Health problems, job loss and caring for others leave many women struggling financially in retirement. These five women share their challenges and how they make ends meet.
If Gaylord Weston didn't have a small investment account to tap into, she's not sure how she would be able to pay the bills.
Beyond the "chunk of change" she inherited from her mother, Weston takes home $1,700 a month from Social Security and a pension she earned after 28 years as an administrative worker for the state of Maine.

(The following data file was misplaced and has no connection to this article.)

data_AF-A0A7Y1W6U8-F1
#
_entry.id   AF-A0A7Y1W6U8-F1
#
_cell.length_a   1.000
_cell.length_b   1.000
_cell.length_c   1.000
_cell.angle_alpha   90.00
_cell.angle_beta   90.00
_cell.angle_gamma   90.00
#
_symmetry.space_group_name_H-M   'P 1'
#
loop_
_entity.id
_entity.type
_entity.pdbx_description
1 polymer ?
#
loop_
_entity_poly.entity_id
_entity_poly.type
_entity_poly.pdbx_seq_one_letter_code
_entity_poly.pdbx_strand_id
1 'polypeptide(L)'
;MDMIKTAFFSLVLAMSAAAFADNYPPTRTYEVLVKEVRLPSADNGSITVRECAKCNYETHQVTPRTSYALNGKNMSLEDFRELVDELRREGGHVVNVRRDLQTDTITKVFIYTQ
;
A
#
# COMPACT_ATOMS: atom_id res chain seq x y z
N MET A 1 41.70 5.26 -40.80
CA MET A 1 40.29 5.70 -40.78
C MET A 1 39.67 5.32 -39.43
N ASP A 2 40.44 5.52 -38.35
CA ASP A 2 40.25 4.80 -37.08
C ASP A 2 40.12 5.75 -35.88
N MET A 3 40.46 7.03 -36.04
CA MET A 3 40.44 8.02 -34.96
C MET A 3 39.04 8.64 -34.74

A widow for nearly two decades, Weston owns the old farmhouse that she lives in with her adult daughter, grandson and a friend. But her money has dwindled as she has had to pay for property taxes, auto and homeowner's insurance, a $6,000 annual heating bill and home repairs.
Once the money runs out, she's not sure how she'll make ends meet.
"I know I'm very fortunate," she said. "But if my car goes, if I need to put a new roof on the house or (buy) a new furnace for the house, these kinds of expenses would put me under the bridge."